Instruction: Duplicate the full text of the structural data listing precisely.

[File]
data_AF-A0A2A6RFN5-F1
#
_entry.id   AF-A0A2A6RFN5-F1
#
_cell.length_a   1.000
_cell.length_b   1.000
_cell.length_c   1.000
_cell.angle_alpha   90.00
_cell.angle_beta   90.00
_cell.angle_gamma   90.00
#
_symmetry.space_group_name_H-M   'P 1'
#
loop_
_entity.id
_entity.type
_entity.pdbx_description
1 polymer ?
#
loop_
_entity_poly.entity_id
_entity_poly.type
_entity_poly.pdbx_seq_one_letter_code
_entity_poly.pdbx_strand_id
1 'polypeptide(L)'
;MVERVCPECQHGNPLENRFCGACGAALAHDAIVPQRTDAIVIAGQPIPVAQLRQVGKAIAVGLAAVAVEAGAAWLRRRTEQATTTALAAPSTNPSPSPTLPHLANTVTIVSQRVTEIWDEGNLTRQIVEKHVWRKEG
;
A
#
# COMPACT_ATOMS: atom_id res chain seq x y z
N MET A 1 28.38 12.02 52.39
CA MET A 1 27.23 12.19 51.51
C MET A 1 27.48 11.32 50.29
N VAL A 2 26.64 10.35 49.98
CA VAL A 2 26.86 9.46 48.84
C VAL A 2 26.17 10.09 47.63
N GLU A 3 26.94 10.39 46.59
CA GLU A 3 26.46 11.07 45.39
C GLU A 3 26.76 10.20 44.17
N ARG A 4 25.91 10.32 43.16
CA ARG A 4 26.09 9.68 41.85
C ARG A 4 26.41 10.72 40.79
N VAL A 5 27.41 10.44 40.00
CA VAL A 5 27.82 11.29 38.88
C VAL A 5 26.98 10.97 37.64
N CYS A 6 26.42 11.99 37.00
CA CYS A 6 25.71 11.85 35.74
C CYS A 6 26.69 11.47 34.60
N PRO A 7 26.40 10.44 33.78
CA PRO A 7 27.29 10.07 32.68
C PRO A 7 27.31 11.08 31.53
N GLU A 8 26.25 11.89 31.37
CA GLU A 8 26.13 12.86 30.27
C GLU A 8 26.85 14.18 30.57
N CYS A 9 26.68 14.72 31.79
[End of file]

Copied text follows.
data_AF-A0A2A6RFN5-F1
#
_entry.id   AF-A0A2A6RFN5-F1
#
_cell.length_a   1.000
_cell.length_b   1.000
_cell.length_c   1.000
_cell.angle_alpha   90.00
_cell.angle_beta   90.00
_cell.angle_gamma   90.00
#
_symmetry.space_group_name_H-M   'P 1'
#
loop_
_entity.id
_entity.type
_entity.pdbx_description
1 polymer ?
#
loop_
_entity_poly.entity_id
_entity_poly.type
_entity_poly.pdbx_seq_one_letter_code
_entity_poly.pdbx_strand_id
1 'polypeptide(L)'
;MVERVCPECQHGNPLENRFCGACGAALAHDAIVPQRTDAIVIAGQPIPVAQLRQVGKAIAVGLAAVAVEAGAAWLRRRTEQATTTALAAPSTNPSPSPTLPHLANTVTIVSQRVTEIWDEGNLTRQIVEKHVWRKEG
;
A
#
# COMPACT_ATOMS: atom_id res chain seq x y z
N MET A 1 28.38 12.02 52.39
CA MET A 1 27.23 12.19 51.51
C MET A 1 27.48 11.32 50.29
N VAL A 2 26.64 10.35 49.98
CA VAL A 2 26.86 9.46 48.84
C VAL A 2 26.17 10.09 47.63
N GLU A 3 26.94 10.39 46.59
CA GLU A 3 26.46 11.07 45.39
C GLU A 3 26.76 10.20 44.17
N ARG A 4 25.91 10.32 43.16
CA ARG A 4 26.09 9.68 41.85
C ARG A 4 26.41 10.72 40.79
N VAL A 5 27.41 10.44 40.00
CA VAL A 5 27.82 11.29 38.88
C VAL A 5 26.98 10.97 37.64
N CYS A 6 26.42 11.99 37.00
CA CYS A 6 25.71 11.85 35.74
C CYS A 6 26.69 11.47 34.60
N PRO A 7 26.40 10.44 33.78
CA PRO A 7 27.29 10.07 32.68
C PRO A 7 27.31 11.08 31.53
N GLU A 8 26.25 11.89 31.37
CA GLU A 8 26.13 12.86 30.27
C GLU A 8 26.85 14.18 30.57
N CYS A 9 26.68 14.72 31.79